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World

AFP
January 12, 2018

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US House passes crucial spying law

WASHINGTON: The US House of Representatives passed a crucial surveillance law Thursday that reinforced the ability of the country’s spy agencies to intercept and make use of Americans’ private communications.

The national security establishment saw the reauthorization of the expiring Section 702 of the Foreign Intelligence Surveillance Act as essential, warning that they would not be able to detect terror plots without it.

But rights groups and libertarian-leaning politicians of both the Democratic and Republican parties saw the bill’s passage as a blow, especially since former National Security Agency contractor Edward Snowden revealed in 2013 that the NSA was using it to vacuum up massive amounts of data on Americans.

Many had hoped the renewal would strengthen protections against invasive electronic wiretapping and social media monitoring of Americans by the NSA, the country’s powerful electronic espionage body, and the Federal Bureau of Investigation.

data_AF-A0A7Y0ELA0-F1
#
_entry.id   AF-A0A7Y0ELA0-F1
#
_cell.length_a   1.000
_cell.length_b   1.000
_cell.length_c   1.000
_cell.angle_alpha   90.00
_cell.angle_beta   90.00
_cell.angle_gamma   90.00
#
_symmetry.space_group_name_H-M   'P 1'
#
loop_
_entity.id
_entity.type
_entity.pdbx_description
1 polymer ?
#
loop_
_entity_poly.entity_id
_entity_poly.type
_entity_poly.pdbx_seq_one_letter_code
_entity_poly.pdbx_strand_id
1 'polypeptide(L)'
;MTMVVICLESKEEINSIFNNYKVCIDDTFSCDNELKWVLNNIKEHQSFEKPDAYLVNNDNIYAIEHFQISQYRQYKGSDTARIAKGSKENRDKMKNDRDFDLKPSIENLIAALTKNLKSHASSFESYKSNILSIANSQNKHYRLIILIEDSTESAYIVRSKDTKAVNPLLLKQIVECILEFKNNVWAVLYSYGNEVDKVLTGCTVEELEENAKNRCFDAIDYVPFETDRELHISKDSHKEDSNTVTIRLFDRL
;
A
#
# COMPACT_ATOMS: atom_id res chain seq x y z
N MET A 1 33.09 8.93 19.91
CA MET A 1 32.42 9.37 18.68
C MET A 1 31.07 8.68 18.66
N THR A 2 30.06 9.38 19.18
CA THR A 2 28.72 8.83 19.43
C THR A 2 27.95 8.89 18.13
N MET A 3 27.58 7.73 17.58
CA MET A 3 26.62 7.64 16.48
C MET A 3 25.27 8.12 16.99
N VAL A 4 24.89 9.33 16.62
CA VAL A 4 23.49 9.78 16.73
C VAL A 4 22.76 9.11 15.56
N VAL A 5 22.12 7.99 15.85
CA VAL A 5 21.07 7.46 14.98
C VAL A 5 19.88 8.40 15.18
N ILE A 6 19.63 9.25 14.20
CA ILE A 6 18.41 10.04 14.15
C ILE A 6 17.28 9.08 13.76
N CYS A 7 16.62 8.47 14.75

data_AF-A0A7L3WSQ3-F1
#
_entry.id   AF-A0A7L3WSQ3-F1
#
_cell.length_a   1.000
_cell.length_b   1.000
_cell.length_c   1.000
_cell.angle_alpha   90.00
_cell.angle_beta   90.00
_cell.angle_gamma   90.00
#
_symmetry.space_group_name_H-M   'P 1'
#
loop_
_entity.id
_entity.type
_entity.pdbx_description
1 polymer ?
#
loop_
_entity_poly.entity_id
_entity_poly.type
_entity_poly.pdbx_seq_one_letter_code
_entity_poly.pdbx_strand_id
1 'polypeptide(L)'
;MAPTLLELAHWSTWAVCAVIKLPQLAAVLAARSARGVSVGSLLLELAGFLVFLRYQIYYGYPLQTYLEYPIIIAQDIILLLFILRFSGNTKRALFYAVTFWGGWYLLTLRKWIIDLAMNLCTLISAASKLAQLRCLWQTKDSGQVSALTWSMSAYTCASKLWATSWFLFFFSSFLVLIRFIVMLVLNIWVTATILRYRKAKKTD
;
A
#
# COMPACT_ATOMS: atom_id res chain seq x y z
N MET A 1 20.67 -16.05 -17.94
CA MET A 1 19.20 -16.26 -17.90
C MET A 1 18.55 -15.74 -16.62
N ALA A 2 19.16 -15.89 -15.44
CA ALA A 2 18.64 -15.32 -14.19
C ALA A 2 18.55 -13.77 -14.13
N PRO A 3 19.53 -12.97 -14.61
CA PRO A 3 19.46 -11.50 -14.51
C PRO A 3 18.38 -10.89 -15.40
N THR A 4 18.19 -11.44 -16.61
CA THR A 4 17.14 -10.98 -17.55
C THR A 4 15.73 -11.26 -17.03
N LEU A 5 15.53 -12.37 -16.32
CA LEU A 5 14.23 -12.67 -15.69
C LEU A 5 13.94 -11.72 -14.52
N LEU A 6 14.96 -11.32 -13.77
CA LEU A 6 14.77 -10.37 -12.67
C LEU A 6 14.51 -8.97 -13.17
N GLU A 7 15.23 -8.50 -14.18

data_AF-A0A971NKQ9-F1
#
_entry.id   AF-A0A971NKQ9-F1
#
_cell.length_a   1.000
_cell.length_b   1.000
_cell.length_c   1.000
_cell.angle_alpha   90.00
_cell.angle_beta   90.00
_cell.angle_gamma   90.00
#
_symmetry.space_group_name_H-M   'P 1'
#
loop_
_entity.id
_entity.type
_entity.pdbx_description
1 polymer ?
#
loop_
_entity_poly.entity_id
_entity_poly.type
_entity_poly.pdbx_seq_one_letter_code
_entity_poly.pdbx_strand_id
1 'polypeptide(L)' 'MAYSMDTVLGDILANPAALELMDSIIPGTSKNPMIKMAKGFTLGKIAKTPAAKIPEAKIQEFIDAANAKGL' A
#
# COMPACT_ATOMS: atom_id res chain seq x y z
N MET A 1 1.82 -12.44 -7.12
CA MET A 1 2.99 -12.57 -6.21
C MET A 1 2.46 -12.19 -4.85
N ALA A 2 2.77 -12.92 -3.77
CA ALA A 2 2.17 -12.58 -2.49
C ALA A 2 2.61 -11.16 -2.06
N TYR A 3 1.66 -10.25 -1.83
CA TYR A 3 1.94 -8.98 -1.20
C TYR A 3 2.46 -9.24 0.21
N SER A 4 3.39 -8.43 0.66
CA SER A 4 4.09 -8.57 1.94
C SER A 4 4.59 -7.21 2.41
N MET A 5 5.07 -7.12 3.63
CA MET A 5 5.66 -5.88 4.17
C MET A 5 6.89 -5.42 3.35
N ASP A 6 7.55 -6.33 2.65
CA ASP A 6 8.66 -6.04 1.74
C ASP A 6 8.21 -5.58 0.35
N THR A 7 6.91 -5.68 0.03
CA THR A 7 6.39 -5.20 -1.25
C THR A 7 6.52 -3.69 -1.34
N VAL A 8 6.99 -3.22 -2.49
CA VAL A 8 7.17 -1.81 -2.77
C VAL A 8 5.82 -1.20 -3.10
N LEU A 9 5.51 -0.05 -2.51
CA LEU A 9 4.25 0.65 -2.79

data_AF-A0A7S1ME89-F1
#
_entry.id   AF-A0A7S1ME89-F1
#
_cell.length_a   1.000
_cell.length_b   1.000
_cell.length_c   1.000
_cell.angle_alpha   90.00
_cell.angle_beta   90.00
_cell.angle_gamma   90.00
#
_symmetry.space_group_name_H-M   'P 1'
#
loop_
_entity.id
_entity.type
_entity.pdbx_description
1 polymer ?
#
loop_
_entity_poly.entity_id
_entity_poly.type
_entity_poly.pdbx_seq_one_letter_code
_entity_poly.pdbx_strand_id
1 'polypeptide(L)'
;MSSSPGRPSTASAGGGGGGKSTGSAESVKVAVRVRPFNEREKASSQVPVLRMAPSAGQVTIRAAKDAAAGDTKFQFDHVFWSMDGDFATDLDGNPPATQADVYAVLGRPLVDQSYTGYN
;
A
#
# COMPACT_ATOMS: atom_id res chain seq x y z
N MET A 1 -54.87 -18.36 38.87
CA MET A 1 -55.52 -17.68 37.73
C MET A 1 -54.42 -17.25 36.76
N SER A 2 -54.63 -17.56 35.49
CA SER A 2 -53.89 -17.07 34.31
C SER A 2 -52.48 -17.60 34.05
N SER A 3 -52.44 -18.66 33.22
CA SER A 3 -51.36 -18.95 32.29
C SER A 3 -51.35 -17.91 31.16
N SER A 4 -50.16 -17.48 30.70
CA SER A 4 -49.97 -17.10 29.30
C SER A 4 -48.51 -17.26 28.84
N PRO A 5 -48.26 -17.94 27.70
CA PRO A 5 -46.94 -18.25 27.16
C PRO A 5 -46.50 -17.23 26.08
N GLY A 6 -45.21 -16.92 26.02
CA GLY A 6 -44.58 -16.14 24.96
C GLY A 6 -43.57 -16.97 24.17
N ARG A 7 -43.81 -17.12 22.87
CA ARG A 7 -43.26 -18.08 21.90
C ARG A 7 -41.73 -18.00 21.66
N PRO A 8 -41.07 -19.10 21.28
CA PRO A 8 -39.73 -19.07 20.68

The House’s vote for the bill came after President Trump himself sent mixed messages of his own views, tweeting Thursday morning his opposition only to make an abrupt U-turn.

In an initial tweet he said the section 702 provision had been used by the Obama administration to “so badly surveil and abuse the Trump campaign,” suggesting he was opposed to the bill.

More than an hour later, he reversed himself, saying “today’s vote is about foreign surveillance of foreign bad guys on foreign land. We need it!”While nearly all lawmakers agree that 702 is an essential tool for US intelligence to safeguard national security, the bill passed the House by 256-164, showing the level of opposition to the powers it gives US spies and law enforcement. The no votes included 45 Republicans.

“The House-passed bill does absolutely nothing to defend the vast majority of law-abiding Americans from warrantless searches, and in many ways it expands the federal government’s ability to spy on Americans. A concerted campaign of fear-mongering and misinformation pushed this flawed bill over the line,” said Senator Ron Wyden, one of the most vocal critics of the law.

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